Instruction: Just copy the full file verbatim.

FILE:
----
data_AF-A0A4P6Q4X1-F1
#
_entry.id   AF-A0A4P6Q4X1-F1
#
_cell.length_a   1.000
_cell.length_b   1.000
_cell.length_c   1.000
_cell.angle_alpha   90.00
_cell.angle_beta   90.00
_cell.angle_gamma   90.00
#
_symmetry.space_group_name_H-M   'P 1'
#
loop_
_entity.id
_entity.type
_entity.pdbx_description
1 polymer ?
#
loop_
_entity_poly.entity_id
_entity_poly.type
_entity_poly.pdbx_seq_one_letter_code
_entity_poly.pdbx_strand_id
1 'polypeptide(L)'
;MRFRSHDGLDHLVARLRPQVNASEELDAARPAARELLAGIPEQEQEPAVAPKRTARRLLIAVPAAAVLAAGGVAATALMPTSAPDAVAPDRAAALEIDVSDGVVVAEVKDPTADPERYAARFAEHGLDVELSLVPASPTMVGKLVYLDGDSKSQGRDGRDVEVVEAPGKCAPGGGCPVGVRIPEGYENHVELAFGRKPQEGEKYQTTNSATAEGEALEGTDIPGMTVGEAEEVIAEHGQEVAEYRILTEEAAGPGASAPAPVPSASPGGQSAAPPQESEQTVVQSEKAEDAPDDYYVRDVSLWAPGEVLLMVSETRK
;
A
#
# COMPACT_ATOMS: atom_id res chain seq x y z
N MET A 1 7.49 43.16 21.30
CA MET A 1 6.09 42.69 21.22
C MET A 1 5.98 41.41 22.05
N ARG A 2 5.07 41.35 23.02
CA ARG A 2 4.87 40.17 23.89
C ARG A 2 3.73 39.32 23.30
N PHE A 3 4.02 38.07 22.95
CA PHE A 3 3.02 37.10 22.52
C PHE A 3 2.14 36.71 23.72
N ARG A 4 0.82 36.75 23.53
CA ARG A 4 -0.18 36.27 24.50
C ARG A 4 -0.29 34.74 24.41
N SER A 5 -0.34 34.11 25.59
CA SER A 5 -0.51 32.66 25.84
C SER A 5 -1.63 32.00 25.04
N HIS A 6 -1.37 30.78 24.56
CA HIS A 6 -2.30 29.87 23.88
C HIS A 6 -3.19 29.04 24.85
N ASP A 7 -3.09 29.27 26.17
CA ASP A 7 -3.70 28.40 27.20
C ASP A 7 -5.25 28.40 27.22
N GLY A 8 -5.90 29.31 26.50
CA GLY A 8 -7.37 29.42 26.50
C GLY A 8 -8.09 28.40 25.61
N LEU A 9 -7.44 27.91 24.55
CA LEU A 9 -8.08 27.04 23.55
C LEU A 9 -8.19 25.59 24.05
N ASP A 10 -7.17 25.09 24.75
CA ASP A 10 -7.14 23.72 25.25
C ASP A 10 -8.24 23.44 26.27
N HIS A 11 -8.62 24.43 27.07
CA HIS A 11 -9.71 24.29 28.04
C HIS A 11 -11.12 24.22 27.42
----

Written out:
data_AF-A0A4P6Q4X1-F1
#
_entry.id   AF-A0A4P6Q4X1-F1
#
_cell.length_a   1.000
_cell.length_b   1.000
_cell.length_c   1.000
_cell.angle_alpha   90.00
_cell.angle_beta   90.00
_cell.angle_gamma   90.00
#
_symmetry.space_group_name_H-M   'P 1'
#
loop_
_entity.id
_entity.type
_entity.pdbx_description
1 polymer ?
#
loop_
_entity_poly.entity_id
_entity_poly.type
_entity_poly.pdbx_seq_one_letter_code
_entity_poly.pdbx_strand_id
1 'polypeptide(L)'
;MRFRSHDGLDHLVARLRPQVNASEELDAARPAARELLAGIPEQEQEPAVAPKRTARRLLIAVPAAAVLAAGGVAATALMPTSAPDAVAPDRAAALEIDVSDGVVVAEVKDPTADPERYAARFAEHGLDVELSLVPASPTMVGKLVYLDGDSKSQGRDGRDVEVVEAPGKCAPGGGCPVGVRIPEGYENHVELAFGRKPQEGEKYQTTNSATAEGEALEGTDIPGMTVGEAEEVIAEHGQEVAEYRILTEEAAGPGASAPAPVPSASPGGQSAAPPQESEQTVVQSEKAEDAPDDYYVRDVSLWAPGEVLLMVSETRK
;
A
#
# COMPACT_ATOMS: atom_id res chain seq x y z
N MET A 1 7.49 43.16 21.30
CA MET A 1 6.09 42.69 21.22
C MET A 1 5.98 41.41 22.05
N ARG A 2 5.07 41.35 23.02
CA ARG A 2 4.87 40.17 23.89
C ARG A 2 3.73 39.32 23.30
N PHE A 3 4.02 38.07 22.95
CA PHE A 3 3.02 37.10 22.52
C PHE A 3 2.14 36.71 23.72
N ARG A 4 0.82 36.75 23.53
CA ARG A 4 -0.18 36.27 24.50
C ARG A 4 -0.29 34.74 24.41
N SER A 5 -0.34 34.11 25.59
CA SER A 5 -0.51 32.66 25.84
C SER A 5 -1.63 32.00 25.04
N HIS A 6 -1.37 30.78 24.56
CA HIS A 6 -2.30 29.87 23.88
C HIS A 6 -3.19 29.04 24.85
N ASP A 7 -3.09 29.27 26.17
CA ASP A 7 -3.70 28.40 27.20
C ASP A 7 -5.25 28.40 27.22
N GLY A 8 -5.90 29.31 26.50
CA GLY A 8 -7.37 29.42 26.50
C GLY A 8 -8.09 28.40 25.61
N LEU A 9 -7.44 27.91 24.55
CA LEU A 9 -8.08 27.04 23.55
C LEU A 9 -8.19 25.59 24.05
N ASP A 10 -7.17 25.09 24.75
CA ASP A 10 -7.14 23.72 25.25
C ASP A 10 -8.24 23.44 26.27
N HIS A 11 -8.62 24.43 27.07
CA HIS A 11 -9.71 24.29 28.04
C HIS A 11 -11.12 24.22 27.42